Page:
Sheppard paused in the doorway, listening to his comm as Ronon reported they were approximately ten minutes out from the camp. He acknowledged the transmission and then asked Carson to meet them in Harris' tent. Rubbing his forehead, he turned back into the tent. He pulled out the ibuprofen Carson had given him earlier, tossed the pills to the back of his throat, then looked around for his coffee mug. Finding it empty, he grimaced and did his best to swallow the pills dry.
"Thanks for rescuing me from Lane, Rodney."
McKay snorted. "The man has an over-inflated idea of his importance. And his intelligence. You can guess who he hangs out with when he's in the City."
"Of course. Do you think you found out anything new during the interviews?"
"Let's wait for … Ah, here he is. Hello, Carson. I hope I didn't pull you away from anything interesting."
"Nay, I was sitting in the mess tent with Myall. She's pregnant. We were having a celebratory cup of tea. I'm going to want to keep an eye on her, run some additional tests, make sure this gas – whatever it is – does nae have any deleterious effects." Carson squinted at Sheppard, then reached into the backpack slung over his shoulder, pulled out a bottle of water and passed it to the other man. "You need to keep hydrated in this heat. Let me get you something for that headache."
"Thanks, Carson, but I just took the ones you gave me earlier. This water is great." Sheppard took a big gulp of water, washing the chemical taste off of his tongue. "Did you find anything with your samples?"
"Nothing conclusive yet, except Myall's pregnancy. From the symptoms, the soporific looks like a variation of fentanyl, with something added in. I need my equipment back in the City." The Scot gave a tired sigh and sat on the edge of Harris' cot.
"Well, I think we'll be leaving for the City as soon as Teyla and Ronon get back. I didn't learn anything more from all the interviews. Everyone says they were winding down for the night at around 2300, then around 0330 they woke up with no idea what happened in between. McKay, did you get anything from the computers? Or pick up on something from the interviews that I missed?"
"That would be 'no' on the interrogations. And I might be able to recover something from the computers when we get back to the City. But I don't think it'll make a difference."
Before Sheppard could reply, Teyla and Ronon entered the tent. They brought with them the unmistakable smell of smoked meat. Ronon dropped a bulging backpack near the flap, and accepted the water bottle Teyla passed to him.
"Did you guys find anything new?"
Teyla shook her head. "No, Colonel. We did not find any other tracks besides those which Beyra already reported. There was nothing else out of the ordinary. We collected the samples you requested."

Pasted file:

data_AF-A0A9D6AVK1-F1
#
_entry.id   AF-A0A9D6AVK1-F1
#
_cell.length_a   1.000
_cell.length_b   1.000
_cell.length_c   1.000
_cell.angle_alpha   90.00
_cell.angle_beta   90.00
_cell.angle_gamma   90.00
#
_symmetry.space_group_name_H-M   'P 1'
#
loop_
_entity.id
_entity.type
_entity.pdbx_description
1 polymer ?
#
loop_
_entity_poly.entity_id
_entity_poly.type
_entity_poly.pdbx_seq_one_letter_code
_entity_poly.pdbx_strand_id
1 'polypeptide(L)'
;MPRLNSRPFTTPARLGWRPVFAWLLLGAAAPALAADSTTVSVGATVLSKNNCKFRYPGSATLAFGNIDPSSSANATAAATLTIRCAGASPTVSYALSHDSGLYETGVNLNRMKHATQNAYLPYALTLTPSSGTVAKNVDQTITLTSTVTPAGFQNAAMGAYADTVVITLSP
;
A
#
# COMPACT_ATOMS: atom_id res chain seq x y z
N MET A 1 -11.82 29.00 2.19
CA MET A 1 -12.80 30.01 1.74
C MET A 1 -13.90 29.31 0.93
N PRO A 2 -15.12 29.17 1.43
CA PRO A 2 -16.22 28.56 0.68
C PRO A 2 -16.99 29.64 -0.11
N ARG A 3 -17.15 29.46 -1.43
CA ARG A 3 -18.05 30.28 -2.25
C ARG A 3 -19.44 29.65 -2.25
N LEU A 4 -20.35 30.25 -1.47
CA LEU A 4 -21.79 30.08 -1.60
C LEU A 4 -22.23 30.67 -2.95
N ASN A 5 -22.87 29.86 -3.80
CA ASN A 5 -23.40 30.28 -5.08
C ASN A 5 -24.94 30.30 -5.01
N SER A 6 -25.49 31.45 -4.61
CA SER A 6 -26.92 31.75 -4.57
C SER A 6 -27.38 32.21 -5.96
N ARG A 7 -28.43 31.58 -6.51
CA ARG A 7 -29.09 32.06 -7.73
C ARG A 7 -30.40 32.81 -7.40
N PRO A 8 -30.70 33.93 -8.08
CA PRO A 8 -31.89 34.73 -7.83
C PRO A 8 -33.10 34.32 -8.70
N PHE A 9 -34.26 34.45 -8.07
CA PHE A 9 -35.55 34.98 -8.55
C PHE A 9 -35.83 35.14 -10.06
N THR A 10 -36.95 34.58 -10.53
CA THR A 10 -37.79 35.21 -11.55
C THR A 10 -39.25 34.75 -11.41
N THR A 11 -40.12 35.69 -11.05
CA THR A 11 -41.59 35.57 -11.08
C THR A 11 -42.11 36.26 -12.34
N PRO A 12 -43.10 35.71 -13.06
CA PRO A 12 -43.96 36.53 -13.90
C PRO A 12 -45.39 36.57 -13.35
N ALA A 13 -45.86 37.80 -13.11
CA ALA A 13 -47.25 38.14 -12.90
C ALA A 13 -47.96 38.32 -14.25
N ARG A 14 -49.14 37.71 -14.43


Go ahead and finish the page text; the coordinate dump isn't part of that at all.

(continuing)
"Thank you. I know you were thorough." Sheppard gestured for them to sit, and turned back toward McKay. "What were you about to say? About how recovering information from the computers wouldn't make a difference?"
McKay shifted his feet nervously, his arms crossed. "Yes… Well, I've been thinking, ever since Elizabeth told us about the Trust. We've been trying for the last four months to figure out why the crall imported to Atlantis grew so large. No one considered gene manipulation; it just wasn't on the radar. Now that we know about the Trust's experiments in that area it is all too obvious. And there aren't all that many people on Atlantis who would be able to do that sort of work, have the access to cover it up and the ATA gene so they could fly a jumper. Carson is one," he said, gesturing toward the Scot, who sat up indignantly. McKay waved him back down.
"I don't mean to imply you're behind this, Carson. I'm just listing who has the expertise to do gene manipulation. There's Carson, and Dr. Hoescht in medical. And Dr.s Sakai, Luca and what's-his-name?" McKay snapped his fingers impatiently. Carson started to answer, but was again waved back. "I've got it – Williams. They're all in the biology section. We can eliminate Carson, just because we can't believe he'd do something like this."
"Why thank you, Rodney," the disgruntled doctor muttered.
"Think nothing of it, Carson. So Carson is gone. Cross off Sakai, because she's a girl, and Beyra was sure the tracks belonged to a man. Right, Teyla?"
She nodded. "Yes, that is what we still believe. From the partial footprints, and the length of the stride, we determined it was most likely a man."
"That leaves us with Hoescht, Luca and Williams. I think we should concentrate on those three."
He looked at Sheppard to see his reaction. The lt. colonel stared at the floor for a moment then nodded his head.